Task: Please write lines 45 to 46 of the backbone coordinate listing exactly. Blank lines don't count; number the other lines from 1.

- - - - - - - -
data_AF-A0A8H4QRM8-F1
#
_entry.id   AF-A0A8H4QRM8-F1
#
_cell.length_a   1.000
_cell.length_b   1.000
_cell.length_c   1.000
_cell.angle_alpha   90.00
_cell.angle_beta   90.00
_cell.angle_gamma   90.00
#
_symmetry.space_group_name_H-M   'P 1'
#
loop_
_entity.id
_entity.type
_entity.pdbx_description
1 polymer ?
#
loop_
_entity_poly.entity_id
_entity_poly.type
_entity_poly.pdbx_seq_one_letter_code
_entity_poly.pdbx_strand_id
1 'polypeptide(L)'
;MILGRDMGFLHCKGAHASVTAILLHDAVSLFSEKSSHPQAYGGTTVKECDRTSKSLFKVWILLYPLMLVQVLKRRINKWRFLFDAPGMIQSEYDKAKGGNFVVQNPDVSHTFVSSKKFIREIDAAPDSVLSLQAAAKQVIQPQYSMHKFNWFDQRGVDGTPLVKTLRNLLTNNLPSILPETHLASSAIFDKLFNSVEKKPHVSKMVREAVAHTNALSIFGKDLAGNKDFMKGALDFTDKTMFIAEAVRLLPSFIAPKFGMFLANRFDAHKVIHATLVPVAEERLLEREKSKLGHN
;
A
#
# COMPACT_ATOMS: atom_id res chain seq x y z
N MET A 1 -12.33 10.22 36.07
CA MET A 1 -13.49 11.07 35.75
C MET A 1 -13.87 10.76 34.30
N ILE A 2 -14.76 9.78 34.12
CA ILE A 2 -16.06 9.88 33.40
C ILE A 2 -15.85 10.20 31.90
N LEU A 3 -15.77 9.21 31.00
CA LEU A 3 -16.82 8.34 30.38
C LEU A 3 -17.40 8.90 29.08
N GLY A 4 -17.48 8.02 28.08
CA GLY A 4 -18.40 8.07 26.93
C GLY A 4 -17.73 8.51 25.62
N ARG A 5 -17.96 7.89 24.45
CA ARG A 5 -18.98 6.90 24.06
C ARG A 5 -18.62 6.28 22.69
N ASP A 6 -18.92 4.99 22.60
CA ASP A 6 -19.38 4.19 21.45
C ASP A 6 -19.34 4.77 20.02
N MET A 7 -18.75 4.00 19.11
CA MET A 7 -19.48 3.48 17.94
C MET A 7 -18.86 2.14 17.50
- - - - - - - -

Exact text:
C ARG A 5 -18.62 6.28 22.69
N ASP A 6 -18.92 4.99 22.60